Tyne & Wear

Alabama rot: Seaham dog owner warns after vizsla Jessie dies

Two-year-old vizsla Jessie Image copyright Becky Hanson-Patterson
Image caption It is not known exactly where Jessie picked up the disease

A mother has warned other dog owners to be aware after her two-year-old vizsla Jessie died from Alabama rot.

Becky Hanson-Patterson from Seaham shared an emotional Facebook post after her dog died from the disease, the cause of which is unknown.

Jessie started showing signs of the condition, including skin irritation, on 9 February and died four days later.

Becky said: "It's horrendous to be honest, she was just like another family member."

The family was first alerted to Jessie's illness when she started being sick and showing signs of lethargy, as well as lesions between her paws.

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Media captionSeaham mother warns after dog dies from Alabama rot

They noticed a rash around the inside of her hind leg which looked like a blister and took her to the vets for treatment.

Becky said: "I woke up early Tuesday morning and all of the skin on her inside leg had just literally ate away."

Jessie was taken back to the vets and blood tests revealed her kidneys were failing. She was taken to a second vet and was put to sleep.

It is not know where she contracted the disease but she had previously been to Hawthorn Dene in County Durham, High force in Middleton-in-Teesdale, Ripon, Hetton-le-hole and fields between Seaton and Murton.

The disease was first identified in 2012 and it is believed 216 dogs have died in the UK from it since then, and there have been 12 deaths this year alone.

Image copyright Becky Hanson-Peterson
Image caption Two-year-old vizsla Jessie was just like a member of the family, her owner said

Vet David Walker, from specialists Anderson Moores, said: "I think what's important to say is that most skin sores on dogs will absolutely not be caused by this disease.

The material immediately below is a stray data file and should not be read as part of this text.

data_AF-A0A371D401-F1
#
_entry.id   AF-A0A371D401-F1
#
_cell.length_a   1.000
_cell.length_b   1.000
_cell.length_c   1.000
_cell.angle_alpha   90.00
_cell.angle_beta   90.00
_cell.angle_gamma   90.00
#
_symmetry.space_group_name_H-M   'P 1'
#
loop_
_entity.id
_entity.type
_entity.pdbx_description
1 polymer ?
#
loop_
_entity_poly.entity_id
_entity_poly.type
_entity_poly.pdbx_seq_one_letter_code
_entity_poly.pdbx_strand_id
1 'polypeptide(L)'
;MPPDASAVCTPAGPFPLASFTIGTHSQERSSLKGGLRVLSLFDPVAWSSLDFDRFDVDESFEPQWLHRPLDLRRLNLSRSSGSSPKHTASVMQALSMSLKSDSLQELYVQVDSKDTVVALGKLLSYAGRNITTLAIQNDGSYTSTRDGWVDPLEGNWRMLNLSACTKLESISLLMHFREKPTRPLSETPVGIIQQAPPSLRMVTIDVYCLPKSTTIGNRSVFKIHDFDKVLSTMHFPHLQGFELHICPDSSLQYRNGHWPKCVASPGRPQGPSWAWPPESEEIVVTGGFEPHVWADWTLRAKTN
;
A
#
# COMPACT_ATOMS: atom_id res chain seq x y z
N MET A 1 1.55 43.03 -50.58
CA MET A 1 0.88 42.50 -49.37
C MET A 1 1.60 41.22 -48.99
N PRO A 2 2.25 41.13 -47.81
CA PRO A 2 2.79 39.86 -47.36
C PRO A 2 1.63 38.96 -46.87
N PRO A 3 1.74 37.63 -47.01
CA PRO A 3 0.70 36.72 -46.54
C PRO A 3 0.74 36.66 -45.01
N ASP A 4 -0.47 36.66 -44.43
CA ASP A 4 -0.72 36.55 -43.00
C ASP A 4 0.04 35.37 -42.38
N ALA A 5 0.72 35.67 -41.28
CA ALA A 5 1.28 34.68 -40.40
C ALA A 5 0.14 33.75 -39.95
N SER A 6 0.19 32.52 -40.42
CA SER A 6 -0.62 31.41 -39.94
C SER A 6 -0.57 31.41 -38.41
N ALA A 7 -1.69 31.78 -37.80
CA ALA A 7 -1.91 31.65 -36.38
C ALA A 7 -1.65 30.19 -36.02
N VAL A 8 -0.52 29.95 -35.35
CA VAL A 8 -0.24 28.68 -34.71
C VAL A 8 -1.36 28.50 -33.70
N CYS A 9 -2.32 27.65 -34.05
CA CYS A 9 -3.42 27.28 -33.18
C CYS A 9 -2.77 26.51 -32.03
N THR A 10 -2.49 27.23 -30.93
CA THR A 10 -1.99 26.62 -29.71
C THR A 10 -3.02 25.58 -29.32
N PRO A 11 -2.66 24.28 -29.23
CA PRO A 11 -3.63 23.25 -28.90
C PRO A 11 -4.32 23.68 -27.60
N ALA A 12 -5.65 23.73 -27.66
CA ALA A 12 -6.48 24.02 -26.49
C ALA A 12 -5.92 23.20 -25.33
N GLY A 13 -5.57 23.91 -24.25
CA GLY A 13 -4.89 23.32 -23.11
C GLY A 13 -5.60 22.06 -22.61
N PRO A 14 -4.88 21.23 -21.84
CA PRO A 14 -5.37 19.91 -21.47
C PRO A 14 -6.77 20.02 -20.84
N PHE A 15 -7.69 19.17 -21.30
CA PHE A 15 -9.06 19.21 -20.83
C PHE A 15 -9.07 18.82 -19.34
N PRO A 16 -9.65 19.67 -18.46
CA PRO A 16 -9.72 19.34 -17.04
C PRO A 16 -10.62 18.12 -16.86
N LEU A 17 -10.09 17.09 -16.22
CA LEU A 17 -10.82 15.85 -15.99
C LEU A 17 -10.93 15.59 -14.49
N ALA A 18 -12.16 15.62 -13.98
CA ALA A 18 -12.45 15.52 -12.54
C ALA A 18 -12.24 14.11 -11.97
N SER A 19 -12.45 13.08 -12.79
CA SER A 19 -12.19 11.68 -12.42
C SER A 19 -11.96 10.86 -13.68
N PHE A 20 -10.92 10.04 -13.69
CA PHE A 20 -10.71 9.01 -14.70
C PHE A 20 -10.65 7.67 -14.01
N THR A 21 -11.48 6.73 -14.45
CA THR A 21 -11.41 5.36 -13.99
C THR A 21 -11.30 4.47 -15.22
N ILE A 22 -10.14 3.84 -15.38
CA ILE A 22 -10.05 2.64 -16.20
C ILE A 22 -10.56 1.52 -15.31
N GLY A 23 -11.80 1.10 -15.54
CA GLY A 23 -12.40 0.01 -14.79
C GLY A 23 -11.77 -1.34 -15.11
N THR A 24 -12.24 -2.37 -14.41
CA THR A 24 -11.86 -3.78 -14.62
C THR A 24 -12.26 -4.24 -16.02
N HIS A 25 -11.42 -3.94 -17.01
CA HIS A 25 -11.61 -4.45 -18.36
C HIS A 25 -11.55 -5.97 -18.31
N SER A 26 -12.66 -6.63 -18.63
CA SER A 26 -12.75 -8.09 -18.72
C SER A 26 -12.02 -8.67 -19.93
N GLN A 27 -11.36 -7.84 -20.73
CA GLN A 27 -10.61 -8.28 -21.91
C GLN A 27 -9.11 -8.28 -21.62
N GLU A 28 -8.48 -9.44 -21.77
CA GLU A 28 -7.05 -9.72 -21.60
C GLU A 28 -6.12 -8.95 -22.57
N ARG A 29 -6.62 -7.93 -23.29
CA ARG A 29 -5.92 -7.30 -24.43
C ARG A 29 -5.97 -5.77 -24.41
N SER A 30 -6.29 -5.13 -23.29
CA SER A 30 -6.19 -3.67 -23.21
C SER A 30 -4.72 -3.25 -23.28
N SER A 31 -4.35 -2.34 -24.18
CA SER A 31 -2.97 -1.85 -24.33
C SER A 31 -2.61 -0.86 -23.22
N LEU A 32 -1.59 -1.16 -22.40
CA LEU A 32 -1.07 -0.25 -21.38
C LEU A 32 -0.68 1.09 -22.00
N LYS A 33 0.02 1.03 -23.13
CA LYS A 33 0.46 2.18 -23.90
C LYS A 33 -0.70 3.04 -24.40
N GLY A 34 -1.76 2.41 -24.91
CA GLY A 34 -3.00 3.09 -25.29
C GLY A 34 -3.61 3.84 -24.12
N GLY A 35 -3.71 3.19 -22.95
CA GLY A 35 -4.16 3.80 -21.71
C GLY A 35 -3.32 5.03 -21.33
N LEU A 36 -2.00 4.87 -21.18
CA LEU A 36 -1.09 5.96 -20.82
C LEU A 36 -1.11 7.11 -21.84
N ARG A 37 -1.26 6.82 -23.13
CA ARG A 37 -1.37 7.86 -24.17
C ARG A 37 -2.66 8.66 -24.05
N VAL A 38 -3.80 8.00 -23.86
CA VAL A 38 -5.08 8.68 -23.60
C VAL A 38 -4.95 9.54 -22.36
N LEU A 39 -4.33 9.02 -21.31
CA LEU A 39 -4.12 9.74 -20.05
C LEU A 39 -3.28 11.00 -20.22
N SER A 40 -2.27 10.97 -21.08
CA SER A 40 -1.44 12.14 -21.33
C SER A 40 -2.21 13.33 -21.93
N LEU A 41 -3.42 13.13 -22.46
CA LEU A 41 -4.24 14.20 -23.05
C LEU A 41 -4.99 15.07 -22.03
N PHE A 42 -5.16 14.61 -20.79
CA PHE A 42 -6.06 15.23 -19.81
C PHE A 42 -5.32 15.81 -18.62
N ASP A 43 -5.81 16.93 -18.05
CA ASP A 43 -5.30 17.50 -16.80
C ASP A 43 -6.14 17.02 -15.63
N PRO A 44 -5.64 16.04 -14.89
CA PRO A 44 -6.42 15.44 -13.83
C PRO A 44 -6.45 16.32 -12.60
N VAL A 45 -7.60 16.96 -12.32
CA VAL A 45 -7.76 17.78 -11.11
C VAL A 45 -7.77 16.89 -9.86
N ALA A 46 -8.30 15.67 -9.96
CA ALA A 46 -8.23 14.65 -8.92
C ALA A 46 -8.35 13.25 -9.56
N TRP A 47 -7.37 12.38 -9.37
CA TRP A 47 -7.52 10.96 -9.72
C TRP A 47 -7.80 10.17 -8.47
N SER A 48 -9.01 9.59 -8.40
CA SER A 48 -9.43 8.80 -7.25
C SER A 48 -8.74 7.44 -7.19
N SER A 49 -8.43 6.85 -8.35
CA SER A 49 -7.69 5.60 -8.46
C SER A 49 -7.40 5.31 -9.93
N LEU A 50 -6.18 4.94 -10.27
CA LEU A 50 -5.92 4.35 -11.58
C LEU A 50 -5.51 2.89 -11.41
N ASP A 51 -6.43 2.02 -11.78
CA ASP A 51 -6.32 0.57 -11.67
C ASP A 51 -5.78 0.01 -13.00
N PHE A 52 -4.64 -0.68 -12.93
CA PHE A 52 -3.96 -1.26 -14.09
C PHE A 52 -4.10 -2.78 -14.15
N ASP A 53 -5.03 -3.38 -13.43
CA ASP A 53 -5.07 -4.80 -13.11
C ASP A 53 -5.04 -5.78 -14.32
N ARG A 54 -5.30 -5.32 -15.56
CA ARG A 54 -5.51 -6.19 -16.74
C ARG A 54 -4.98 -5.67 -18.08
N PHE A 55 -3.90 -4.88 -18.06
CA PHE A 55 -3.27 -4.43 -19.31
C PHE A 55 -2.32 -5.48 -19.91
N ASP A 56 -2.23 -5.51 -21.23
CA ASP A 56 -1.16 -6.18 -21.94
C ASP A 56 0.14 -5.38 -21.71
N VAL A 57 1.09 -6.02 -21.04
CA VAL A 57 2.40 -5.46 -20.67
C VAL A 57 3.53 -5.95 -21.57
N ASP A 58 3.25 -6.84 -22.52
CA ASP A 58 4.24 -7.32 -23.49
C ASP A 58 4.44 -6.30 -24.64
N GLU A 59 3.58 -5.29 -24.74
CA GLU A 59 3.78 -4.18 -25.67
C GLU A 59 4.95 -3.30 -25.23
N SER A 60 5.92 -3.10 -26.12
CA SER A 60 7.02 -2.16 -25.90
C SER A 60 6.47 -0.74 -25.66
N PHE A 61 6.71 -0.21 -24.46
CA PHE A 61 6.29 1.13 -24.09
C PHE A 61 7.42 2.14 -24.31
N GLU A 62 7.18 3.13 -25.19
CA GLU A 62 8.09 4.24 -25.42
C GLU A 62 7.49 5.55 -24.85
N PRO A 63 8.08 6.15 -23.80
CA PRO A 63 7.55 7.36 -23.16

"There's no single skin lesion that I can say 'you know, this one is Alabama rot and this one isn't'.

"I think the key message is, if you see an unexplained skin sore on your dog... it would be very reasonable to have a conversation with your vet, show them the sore and get their opinion."

Dr Walker said "we don't 100% know at this stage" how dogs are contracting Alabama rot, despite researching the condition for the past seven years.

But he added more than 92% of cases were seen between November and May, and they "quite strongly suspect there is some sort of environmental trigger".

What is Alabama Rot?

Image copyright Getty Images

Cutaneous and renal glomerular vasculopathy (CRGV) or Alabama rot is a serious disease that has only recently been recognised in dogs in the UK.

It causes lesions on the skin and occasionally in the mouth, which can look like bites, sores, wounds or stings.

Some dogs go on to develop life-threatening kidney failure.

Any age, sex, or breed of dog can be affected and it is fatal in nine out of 10 dogs.

Source: Alabamarot.co.uk

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